Covenant Violations, Collateral and Credit Access: Public and Private Firms

41 Pages Posted: 3 May 2016 Last revised: 15 Oct 2018

See all articles by Irina Barakova

Irina Barakova

Government of the United States of America - Office of the Comptroller of the Currency (OCC)

Mohammad Nazmul Hasan

Office of the Comptroller of the Currency - Risk Analysis Division

Harini Parthasarathy

Government of the United States of America - Office of the Comptroller of the Currency (OCC)

Date Written: October 4, 2018

Abstract

We study the impact of covenant violations on credit access for privately-held and publicly-traded firms, using a rich supervisory dataset of syndicated loans from 2006-2012. Leveraging the unique information on covenant compliance, collateral and default risk in the data, we show that banks are substantially less likely to forgive covenant violations by private firms. Hence, private firms, especially those with assets below $1 billion, experience more severe credit cuts than comparable public firms after violations. We find that collateral plays an important role in alleviating credit rationing for private firms after covenant violations. In addition, an external rating or an established presence in the syndicated loan market helps private firms to preserve loan access. Recessions aggravate credit constraints due to increased violations, stressed collateral values and tighter lending standards. We conclude that banks’ use of the covenant channel disproportionately impacts private firms’ credit access and may further exacerbate the impact of business cycles.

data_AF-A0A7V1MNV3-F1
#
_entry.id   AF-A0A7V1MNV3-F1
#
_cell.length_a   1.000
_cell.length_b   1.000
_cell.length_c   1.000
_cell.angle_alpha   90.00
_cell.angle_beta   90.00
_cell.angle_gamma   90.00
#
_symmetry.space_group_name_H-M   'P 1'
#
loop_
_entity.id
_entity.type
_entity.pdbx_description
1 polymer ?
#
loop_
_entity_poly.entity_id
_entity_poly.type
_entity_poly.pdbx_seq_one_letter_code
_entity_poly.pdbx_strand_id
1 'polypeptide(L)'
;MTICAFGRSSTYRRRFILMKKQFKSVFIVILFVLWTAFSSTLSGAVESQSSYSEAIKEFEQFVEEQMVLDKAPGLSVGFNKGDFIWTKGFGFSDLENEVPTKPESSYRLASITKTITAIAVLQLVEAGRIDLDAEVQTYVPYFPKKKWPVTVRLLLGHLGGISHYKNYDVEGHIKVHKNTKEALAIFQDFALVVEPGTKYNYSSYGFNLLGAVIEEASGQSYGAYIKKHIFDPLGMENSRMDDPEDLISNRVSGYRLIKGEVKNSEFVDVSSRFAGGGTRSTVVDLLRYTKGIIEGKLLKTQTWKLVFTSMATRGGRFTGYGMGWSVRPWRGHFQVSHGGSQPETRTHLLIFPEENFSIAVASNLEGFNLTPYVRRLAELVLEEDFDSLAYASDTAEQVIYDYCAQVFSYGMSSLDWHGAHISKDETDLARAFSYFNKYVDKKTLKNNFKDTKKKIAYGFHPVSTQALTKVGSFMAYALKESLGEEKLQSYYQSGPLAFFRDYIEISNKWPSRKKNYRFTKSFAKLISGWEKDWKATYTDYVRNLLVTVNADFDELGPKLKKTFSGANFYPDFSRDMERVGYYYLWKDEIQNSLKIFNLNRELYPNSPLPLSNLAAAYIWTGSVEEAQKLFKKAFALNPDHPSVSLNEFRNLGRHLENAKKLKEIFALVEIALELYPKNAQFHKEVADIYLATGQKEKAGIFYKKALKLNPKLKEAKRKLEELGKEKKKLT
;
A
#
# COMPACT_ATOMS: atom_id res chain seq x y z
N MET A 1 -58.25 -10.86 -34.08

Keywords: Covenant Violations, Waiver, Private Firms, Collateral, Recession, Syndicated Loans, Limit Cut

JEL Classification: G21, G32

Suggested Citation

Barakova, Irina and Hasan, Mohammad Nazmul and Parthasarathy, Harini, Covenant Violations, Collateral and Credit Access: Public and Private Firms (October 4, 2018). Available at SSRN: https://ssrn.com/abstract=2773233 or http://dx.doi.org/10.2139/ssrn.2773233

Irina Barakova

Government of the United States of America - Office of the Comptroller of the Currency (OCC) ( email )

400 7th Street SW
Washington, DC 20219
United States

Mohammad Nazmul Hasan

Office of the Comptroller of the Currency - Risk Analysis Division ( email )

400 7th Street, SW
Mail Stop 63-3
Washington, DC 20219-0001
United States

Harini Parthasarathy (Contact Author)

Government of the United States of America - Office of the Comptroller of the Currency (OCC) ( email )

400 7th Street SW
Washington, DC 20219
United States

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